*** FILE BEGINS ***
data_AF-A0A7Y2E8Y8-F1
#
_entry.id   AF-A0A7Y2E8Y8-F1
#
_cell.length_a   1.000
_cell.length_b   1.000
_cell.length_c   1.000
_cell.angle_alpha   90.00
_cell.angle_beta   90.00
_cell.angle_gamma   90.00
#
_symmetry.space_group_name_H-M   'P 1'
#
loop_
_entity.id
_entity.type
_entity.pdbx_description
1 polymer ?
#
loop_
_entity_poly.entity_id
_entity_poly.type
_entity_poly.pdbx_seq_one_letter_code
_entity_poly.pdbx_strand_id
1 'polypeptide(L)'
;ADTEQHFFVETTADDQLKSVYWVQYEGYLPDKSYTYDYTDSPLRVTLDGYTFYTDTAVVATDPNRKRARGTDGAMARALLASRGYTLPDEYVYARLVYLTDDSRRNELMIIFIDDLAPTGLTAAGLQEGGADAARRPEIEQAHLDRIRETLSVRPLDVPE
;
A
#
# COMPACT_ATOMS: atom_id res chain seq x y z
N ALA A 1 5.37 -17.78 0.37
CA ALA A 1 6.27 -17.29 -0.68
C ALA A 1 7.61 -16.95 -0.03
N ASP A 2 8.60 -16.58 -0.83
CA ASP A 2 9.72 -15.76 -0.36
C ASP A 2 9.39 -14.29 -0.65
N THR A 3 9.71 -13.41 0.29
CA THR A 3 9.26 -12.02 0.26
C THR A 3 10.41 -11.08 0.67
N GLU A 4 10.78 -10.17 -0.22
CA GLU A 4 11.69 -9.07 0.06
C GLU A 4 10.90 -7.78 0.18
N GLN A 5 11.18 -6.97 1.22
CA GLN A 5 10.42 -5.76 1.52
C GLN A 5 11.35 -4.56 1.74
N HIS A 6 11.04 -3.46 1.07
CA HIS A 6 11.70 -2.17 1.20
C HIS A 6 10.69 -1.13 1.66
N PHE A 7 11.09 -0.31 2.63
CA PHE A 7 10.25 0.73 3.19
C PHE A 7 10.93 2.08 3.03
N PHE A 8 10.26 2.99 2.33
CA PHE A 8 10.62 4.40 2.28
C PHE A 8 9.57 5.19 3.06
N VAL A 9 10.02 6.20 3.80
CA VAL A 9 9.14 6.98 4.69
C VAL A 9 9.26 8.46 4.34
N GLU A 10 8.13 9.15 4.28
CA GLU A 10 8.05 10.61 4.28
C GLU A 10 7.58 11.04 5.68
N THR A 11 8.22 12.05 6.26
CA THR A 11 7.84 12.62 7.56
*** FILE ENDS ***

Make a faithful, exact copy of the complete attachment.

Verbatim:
data_AF-A0A7Y2E8Y8-F1
#
_entry.id   AF-A0A7Y2E8Y8-F1
#
_cell.length_a   1.000
_cell.length_b   1.000
_cell.length_c   1.000
_cell.angle_alpha   90.00
_cell.angle_beta   90.00
_cell.angle_gamma   90.00
#
_symmetry.space_group_name_H-M   'P 1'
#
loop_
_entity.id
_entity.type
_entity.pdbx_description
1 polymer ?
#
loop_
_entity_poly.entity_id
_entity_poly.type
_entity_poly.pdbx_seq_one_letter_code
_entity_poly.pdbx_strand_id
1 'polypeptide(L)'
;ADTEQHFFVETTADDQLKSVYWVQYEGYLPDKSYTYDYTDSPLRVTLDGYTFYTDTAVVATDPNRKRARGTDGAMARALLASRGYTLPDEYVYARLVYLTDDSRRNELMIIFIDDLAPTGLTAAGLQEGGADAARRPEIEQAHLDRIRETLSVRPLDVPE
;
A
#
# COMPACT_ATOMS: atom_id res chain seq x y z
N ALA A 1 5.37 -17.78 0.37
CA ALA A 1 6.27 -17.29 -0.68
C ALA A 1 7.61 -16.95 -0.03
N ASP A 2 8.60 -16.58 -0.83
CA ASP A 2 9.72 -15.76 -0.36
C ASP A 2 9.39 -14.29 -0.65
N THR A 3 9.71 -13.41 0.29
CA THR A 3 9.26 -12.02 0.26
C THR A 3 10.41 -11.08 0.67
N GLU A 4 10.78 -10.17 -0.22
CA GLU A 4 11.69 -9.07 0.06
C GLU A 4 10.90 -7.78 0.18
N GLN A 5 11.18 -6.97 1.22
CA GLN A 5 10.42 -5.76 1.52
C GLN A 5 11.35 -4.56 1.74
N HIS A 6 11.04 -3.46 1.07
CA HIS A 6 11.70 -2.17 1.20
C HIS A 6 10.69 -1.13 1.66
N PHE A 7 11.09 -0.31 2.63
CA PHE A 7 10.25 0.73 3.19
C PHE A 7 10.93 2.08 3.03
N PHE A 8 10.26 2.99 2.33
CA PHE A 8 10.62 4.40 2.28
C PHE A 8 9.57 5.19 3.06
N VAL A 9 10.02 6.20 3.80
CA VAL A 9 9.14 6.98 4.69
C VAL A 9 9.26 8.46 4.34
N GLU A 10 8.13 9.15 4.28
CA GLU A 10 8.05 10.61 4.28
C GLU A 10 7.58 11.04 5.68
N THR A 11 8.22 12.05 6.26
CA THR A 11 7.84 12.62 7.56